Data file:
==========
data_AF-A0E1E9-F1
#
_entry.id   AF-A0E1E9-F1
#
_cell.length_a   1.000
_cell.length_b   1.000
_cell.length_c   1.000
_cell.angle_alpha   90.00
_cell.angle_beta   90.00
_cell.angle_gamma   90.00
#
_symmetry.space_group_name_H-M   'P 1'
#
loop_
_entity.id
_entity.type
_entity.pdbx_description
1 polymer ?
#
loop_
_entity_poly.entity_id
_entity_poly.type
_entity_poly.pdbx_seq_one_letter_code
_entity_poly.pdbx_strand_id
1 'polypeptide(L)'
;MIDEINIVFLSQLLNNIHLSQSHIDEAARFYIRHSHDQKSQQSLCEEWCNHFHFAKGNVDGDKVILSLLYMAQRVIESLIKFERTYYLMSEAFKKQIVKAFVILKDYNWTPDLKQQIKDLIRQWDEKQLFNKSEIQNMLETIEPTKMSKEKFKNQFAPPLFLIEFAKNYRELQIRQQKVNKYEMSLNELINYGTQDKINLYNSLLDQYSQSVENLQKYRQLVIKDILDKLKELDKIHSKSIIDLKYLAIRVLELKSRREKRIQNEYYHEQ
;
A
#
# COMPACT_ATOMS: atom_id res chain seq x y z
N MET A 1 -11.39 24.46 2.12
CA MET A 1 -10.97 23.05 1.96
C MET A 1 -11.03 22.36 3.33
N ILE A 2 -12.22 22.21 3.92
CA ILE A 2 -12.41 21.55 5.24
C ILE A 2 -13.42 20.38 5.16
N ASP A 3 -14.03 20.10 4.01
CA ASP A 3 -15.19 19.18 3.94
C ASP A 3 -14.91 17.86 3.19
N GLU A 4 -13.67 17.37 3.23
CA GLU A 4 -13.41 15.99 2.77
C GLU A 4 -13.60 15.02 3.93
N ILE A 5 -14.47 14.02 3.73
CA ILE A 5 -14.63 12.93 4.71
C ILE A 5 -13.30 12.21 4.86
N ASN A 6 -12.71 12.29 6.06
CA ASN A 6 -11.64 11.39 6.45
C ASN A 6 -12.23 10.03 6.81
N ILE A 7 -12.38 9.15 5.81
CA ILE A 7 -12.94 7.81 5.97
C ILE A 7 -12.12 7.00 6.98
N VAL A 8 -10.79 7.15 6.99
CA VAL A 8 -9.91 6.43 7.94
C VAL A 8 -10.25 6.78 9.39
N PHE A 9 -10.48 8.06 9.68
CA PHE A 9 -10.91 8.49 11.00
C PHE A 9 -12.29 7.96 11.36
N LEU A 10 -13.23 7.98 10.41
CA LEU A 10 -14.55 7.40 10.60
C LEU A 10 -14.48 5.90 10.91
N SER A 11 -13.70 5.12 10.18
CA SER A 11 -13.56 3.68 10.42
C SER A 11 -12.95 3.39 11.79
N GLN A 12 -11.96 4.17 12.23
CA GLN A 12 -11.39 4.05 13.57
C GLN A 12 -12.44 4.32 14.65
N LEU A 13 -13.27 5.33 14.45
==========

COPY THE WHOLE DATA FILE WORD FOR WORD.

data_AF-A0E1E9-F1
#
_entry.id   AF-A0E1E9-F1
#
_cell.length_a   1.000
_cell.length_b   1.000
_cell.length_c   1.000
_cell.angle_alpha   90.00
_cell.angle_beta   90.00
_cell.angle_gamma   90.00
#
_symmetry.space_group_name_H-M   'P 1'
#
loop_
_entity.id
_entity.type
_entity.pdbx_description
1 polymer ?
#
loop_
_entity_poly.entity_id
_entity_poly.type
_entity_poly.pdbx_seq_one_letter_code
_entity_poly.pdbx_strand_id
1 'polypeptide(L)'
;MIDEINIVFLSQLLNNIHLSQSHIDEAARFYIRHSHDQKSQQSLCEEWCNHFHFAKGNVDGDKVILSLLYMAQRVIESLIKFERTYYLMSEAFKKQIVKAFVILKDYNWTPDLKQQIKDLIRQWDEKQLFNKSEIQNMLETIEPTKMSKEKFKNQFAPPLFLIEFAKNYRELQIRQQKVNKYEMSLNELINYGTQDKINLYNSLLDQYSQSVENLQKYRQLVIKDILDKLKELDKIHSKSIIDLKYLAIRVLELKSRREKRIQNEYYHEQ
;
A
#
# COMPACT_ATOMS: atom_id res chain seq x y z
N MET A 1 -11.39 24.46 2.12
CA MET A 1 -10.97 23.05 1.96
C MET A 1 -11.03 22.36 3.33
N ILE A 2 -12.22 22.21 3.92
CA ILE A 2 -12.41 21.55 5.24
C ILE A 2 -13.42 20.38 5.16
N ASP A 3 -14.03 20.10 4.01
CA ASP A 3 -15.19 19.18 3.94
C ASP A 3 -14.91 17.86 3.19
N GLU A 4 -13.67 17.37 3.23
CA GLU A 4 -13.41 15.99 2.77
C GLU A 4 -13.60 15.02 3.93
N ILE A 5 -14.47 14.02 3.73
CA ILE A 5 -14.63 12.93 4.71
C ILE A 5 -13.30 12.21 4.86
N ASN A 6 -12.71 12.29 6.06
CA ASN A 6 -11.64 11.39 6.45
C ASN A 6 -12.23 10.03 6.81
N ILE A 7 -12.38 9.15 5.81
CA ILE A 7 -12.94 7.81 5.97
C ILE A 7 -12.12 7.00 6.98
N VAL A 8 -10.79 7.15 6.99
CA VAL A 8 -9.91 6.43 7.94
C VAL A 8 -10.25 6.78 9.39
N PHE A 9 -10.48 8.06 9.68
CA PHE A 9 -10.91 8.49 11.00
C PHE A 9 -12.29 7.96 11.36
N LEU A 10 -13.23 7.98 10.41
CA LEU A 10 -14.55 7.40 10.60
C LEU A 10 -14.48 5.90 10.91
N SER A 11 -13.70 5.12 10.18
CA SER A 11 -13.56 3.68 10.42
C SER A 11 -12.95 3.39 11.79
N GLN A 12 -11.96 4.17 12.23
CA GLN A 12 -11.39 4.05 13.57
C GLN A 12 -12.44 4.32 14.65
N LEU A 13 -13.27 5.33 14.45